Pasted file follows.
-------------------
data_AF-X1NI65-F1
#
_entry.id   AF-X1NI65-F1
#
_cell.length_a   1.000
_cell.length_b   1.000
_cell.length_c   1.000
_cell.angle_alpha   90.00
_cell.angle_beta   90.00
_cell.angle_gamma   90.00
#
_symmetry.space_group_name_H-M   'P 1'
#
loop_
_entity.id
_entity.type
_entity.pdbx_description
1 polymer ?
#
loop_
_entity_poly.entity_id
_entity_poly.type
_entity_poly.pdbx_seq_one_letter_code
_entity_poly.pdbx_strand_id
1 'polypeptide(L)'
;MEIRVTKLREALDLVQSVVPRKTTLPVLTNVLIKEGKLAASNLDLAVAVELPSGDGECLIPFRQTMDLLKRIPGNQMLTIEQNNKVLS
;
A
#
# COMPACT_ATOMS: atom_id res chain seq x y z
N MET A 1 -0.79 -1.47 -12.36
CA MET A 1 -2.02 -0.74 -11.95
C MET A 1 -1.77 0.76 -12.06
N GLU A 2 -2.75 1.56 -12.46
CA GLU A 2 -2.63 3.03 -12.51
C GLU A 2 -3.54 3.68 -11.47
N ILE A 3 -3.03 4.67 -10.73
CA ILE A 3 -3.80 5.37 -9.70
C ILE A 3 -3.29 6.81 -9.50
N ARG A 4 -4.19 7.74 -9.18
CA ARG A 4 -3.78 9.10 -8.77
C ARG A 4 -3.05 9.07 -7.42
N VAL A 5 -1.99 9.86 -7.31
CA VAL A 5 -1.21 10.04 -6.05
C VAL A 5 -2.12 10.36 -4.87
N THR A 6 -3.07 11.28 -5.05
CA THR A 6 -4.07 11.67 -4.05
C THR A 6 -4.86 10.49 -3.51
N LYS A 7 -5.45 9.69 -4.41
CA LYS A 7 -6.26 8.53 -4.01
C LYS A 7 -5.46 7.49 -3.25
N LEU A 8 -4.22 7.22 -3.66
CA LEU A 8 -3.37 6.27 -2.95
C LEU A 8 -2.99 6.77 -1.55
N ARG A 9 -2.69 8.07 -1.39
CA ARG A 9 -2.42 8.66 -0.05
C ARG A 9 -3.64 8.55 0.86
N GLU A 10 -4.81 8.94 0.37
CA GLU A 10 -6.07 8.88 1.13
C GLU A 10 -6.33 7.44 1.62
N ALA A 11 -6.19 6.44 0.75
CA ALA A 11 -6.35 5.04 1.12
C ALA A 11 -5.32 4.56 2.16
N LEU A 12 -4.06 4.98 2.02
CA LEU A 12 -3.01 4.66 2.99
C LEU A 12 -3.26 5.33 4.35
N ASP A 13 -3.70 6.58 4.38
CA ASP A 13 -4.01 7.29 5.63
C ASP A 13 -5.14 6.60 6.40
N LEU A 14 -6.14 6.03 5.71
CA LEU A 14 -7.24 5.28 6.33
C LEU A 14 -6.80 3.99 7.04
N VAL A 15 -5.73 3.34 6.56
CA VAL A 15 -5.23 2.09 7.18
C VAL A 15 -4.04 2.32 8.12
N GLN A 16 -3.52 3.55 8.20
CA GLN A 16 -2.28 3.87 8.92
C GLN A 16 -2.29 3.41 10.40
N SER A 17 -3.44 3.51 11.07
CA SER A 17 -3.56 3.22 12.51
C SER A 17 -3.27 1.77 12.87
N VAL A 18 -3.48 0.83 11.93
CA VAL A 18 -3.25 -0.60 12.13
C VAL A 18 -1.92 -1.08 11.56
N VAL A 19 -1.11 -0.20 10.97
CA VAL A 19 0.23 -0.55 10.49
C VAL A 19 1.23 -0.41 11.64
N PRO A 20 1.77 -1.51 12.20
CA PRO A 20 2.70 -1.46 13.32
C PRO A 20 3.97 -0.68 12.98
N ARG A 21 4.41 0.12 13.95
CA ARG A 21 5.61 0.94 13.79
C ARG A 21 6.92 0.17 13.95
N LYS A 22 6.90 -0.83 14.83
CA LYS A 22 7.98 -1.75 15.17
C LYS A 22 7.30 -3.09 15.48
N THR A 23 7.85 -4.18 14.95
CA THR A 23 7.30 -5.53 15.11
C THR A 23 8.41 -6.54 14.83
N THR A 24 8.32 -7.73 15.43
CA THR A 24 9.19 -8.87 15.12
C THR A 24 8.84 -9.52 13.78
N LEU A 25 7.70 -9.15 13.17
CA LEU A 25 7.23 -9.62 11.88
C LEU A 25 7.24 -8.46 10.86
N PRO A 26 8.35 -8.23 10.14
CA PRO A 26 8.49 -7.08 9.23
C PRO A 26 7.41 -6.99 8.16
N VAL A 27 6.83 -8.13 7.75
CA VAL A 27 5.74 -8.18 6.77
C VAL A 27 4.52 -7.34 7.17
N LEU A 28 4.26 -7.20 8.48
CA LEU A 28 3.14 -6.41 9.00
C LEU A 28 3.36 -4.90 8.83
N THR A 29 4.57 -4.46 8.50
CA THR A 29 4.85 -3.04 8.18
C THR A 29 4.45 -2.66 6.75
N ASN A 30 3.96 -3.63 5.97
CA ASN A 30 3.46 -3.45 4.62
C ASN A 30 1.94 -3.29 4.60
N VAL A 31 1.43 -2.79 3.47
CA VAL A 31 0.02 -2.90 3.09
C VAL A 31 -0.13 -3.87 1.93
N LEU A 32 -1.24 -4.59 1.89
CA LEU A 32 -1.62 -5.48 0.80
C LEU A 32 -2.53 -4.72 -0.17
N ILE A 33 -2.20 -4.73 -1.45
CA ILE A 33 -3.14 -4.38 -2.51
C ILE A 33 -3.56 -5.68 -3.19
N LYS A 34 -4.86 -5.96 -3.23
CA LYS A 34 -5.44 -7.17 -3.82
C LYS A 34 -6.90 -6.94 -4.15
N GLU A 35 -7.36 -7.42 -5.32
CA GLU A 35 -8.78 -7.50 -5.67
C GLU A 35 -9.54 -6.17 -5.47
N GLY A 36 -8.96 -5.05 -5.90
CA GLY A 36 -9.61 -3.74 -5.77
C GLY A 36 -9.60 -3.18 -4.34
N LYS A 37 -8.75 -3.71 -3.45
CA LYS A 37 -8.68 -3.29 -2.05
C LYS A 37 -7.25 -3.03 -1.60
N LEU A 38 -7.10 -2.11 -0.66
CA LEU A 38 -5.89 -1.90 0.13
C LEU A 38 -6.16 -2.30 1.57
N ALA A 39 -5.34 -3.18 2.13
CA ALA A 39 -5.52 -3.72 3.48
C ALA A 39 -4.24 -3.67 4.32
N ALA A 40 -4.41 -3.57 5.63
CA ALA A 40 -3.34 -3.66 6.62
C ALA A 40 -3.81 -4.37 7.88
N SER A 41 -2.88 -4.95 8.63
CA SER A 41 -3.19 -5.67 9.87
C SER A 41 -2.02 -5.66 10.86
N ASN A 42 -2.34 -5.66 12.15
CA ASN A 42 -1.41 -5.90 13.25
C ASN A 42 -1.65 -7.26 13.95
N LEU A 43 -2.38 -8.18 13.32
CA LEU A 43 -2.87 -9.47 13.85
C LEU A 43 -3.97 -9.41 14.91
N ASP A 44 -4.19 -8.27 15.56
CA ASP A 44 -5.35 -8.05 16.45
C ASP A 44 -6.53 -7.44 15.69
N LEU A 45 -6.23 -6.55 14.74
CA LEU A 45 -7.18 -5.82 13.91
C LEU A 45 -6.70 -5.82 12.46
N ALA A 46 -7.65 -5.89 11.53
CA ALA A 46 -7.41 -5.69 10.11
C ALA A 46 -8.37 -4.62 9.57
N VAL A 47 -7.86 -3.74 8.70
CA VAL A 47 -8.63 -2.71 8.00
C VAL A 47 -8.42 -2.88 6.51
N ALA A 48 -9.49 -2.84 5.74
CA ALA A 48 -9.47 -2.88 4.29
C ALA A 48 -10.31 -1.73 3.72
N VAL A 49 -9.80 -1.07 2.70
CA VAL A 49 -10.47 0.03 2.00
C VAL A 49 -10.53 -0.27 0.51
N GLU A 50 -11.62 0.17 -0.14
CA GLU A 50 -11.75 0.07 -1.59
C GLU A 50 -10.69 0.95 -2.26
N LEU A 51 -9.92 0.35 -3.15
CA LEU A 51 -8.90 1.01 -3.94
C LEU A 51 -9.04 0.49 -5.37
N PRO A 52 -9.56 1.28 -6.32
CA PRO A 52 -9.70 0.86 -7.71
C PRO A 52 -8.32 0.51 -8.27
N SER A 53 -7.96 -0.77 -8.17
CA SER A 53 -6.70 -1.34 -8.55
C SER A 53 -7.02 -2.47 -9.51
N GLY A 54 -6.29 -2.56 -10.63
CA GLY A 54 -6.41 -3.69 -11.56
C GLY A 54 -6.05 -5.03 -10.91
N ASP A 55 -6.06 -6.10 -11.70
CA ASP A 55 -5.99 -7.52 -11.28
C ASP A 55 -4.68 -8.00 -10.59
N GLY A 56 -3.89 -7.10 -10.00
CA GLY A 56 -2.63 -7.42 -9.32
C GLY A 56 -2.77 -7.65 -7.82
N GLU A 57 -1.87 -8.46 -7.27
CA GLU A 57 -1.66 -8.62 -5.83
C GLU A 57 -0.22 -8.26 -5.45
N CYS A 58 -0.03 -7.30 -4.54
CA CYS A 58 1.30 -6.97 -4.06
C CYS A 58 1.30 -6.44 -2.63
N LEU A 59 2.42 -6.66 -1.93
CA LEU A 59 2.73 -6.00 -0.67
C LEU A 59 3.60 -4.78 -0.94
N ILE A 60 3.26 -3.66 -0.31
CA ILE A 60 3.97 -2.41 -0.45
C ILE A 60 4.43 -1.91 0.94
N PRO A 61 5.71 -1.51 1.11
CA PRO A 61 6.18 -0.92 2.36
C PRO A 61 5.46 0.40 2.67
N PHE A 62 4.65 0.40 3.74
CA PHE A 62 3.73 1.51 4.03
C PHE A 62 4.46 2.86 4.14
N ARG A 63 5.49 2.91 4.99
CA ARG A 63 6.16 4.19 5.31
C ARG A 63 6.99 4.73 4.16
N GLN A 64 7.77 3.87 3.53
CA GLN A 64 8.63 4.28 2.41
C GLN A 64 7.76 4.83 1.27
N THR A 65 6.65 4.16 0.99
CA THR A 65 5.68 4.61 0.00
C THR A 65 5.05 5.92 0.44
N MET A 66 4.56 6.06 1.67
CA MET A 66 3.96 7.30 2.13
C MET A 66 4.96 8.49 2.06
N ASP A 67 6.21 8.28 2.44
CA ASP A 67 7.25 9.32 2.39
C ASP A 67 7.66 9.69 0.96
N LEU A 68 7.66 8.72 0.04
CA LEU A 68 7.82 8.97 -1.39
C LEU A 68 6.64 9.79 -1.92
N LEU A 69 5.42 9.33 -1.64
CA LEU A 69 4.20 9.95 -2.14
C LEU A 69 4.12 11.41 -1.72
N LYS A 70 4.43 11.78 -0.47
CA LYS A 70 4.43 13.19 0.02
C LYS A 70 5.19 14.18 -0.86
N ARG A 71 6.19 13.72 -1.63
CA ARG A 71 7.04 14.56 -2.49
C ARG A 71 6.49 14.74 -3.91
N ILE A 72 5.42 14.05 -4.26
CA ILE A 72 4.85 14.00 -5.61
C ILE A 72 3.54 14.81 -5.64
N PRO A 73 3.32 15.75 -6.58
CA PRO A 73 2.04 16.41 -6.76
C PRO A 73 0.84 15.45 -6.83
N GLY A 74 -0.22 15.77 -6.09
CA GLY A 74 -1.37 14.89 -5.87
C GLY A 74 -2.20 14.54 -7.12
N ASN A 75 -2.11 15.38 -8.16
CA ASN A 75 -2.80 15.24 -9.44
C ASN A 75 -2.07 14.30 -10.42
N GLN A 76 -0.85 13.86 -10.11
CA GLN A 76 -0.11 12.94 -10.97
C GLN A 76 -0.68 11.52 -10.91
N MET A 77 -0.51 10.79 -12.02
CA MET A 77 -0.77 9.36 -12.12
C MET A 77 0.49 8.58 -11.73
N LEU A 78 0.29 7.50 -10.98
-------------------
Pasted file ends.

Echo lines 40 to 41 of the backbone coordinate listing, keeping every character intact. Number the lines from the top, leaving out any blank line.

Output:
N ARG A 4 -4.19 7.74 -9.18
CA ARG A 4 -3.78 9.10 -8.77